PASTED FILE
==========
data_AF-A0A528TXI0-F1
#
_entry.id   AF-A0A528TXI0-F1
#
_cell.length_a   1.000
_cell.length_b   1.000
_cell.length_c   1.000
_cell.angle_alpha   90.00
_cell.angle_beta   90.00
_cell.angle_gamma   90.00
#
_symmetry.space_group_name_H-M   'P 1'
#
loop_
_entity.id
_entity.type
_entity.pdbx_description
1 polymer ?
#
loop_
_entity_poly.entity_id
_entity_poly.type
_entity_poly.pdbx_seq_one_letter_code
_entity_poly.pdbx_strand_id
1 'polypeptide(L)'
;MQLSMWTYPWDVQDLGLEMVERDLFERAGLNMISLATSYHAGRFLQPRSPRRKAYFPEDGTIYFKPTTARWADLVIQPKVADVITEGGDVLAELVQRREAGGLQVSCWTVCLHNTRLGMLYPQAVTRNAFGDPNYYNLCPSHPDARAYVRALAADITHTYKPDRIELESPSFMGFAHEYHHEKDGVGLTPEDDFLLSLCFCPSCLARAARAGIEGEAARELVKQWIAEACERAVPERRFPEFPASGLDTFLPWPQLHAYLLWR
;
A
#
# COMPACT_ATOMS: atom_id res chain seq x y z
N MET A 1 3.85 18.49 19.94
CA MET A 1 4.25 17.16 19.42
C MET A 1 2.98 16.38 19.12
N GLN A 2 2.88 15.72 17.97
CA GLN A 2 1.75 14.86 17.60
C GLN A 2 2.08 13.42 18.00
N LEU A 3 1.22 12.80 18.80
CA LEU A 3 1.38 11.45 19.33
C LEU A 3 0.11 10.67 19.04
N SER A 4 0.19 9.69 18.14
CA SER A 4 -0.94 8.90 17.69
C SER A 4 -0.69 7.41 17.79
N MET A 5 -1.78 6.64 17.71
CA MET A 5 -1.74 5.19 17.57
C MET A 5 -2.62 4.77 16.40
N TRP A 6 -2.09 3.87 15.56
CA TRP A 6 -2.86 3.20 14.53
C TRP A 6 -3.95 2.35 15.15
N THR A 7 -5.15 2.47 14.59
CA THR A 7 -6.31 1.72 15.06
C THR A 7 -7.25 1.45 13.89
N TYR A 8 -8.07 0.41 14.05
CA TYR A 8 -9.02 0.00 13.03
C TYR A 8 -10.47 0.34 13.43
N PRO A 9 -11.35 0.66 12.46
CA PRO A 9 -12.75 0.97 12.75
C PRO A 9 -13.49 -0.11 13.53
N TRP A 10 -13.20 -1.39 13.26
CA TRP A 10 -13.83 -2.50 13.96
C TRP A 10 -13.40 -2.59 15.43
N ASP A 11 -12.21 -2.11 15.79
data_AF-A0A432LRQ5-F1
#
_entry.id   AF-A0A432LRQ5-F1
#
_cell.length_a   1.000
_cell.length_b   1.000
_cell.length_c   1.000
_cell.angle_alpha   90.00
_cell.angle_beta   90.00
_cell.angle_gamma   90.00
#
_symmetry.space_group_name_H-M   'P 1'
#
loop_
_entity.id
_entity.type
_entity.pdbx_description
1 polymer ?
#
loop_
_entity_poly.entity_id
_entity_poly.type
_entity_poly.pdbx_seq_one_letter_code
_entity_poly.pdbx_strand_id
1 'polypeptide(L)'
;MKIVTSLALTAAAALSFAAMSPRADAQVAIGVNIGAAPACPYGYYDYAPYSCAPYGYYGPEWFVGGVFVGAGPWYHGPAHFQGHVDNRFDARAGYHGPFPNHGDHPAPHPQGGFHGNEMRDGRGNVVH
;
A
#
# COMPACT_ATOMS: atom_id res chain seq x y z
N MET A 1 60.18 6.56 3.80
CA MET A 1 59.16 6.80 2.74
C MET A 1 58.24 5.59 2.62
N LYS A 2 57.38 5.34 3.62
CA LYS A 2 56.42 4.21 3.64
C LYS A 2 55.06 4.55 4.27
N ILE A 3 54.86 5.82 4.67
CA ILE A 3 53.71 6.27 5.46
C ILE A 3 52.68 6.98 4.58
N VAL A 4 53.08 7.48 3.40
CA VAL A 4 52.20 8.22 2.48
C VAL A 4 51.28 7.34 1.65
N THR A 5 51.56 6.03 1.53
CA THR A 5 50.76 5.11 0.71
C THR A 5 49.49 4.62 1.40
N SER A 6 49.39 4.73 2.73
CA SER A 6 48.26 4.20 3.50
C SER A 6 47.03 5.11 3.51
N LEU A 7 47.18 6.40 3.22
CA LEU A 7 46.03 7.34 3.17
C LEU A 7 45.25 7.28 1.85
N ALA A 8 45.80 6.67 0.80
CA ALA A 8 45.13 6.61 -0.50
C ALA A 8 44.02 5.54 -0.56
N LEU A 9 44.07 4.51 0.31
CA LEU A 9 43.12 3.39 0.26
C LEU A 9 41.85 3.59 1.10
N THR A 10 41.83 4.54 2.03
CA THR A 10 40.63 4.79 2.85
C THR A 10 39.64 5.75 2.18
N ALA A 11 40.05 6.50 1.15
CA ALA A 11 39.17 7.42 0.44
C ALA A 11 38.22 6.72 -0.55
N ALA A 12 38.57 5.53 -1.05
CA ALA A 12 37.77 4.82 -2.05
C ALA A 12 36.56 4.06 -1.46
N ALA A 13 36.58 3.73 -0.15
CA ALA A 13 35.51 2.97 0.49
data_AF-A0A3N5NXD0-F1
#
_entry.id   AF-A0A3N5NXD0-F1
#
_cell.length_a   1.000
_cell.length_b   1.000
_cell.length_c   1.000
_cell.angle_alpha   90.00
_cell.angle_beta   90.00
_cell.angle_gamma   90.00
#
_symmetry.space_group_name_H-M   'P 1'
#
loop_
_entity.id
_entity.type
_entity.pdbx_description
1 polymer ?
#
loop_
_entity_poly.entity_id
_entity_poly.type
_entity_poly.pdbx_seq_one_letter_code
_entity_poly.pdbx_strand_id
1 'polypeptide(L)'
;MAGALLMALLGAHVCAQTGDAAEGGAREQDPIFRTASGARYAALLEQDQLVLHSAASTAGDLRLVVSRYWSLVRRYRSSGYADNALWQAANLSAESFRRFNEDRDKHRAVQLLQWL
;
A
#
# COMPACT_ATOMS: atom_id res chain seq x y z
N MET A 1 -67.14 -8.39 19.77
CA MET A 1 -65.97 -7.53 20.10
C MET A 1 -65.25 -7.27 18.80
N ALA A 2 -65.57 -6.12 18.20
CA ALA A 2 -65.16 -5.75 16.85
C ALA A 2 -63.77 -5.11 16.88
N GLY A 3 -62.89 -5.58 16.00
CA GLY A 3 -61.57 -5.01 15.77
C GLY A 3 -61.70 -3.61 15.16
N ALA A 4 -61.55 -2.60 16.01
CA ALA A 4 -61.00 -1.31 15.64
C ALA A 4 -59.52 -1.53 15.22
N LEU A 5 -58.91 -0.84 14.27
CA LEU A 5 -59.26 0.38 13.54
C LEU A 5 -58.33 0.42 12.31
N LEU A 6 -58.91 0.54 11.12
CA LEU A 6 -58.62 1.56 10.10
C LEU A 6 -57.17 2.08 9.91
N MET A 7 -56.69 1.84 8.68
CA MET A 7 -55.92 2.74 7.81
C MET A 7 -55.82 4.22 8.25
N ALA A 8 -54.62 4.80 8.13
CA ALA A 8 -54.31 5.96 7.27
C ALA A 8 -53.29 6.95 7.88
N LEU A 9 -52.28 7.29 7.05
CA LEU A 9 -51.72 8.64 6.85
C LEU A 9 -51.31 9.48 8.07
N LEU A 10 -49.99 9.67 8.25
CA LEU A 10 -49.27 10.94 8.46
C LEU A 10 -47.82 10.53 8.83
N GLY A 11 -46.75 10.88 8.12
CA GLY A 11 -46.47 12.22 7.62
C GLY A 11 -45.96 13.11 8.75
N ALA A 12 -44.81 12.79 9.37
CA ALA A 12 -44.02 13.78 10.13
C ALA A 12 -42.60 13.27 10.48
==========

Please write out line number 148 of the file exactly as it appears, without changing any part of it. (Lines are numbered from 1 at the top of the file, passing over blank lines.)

#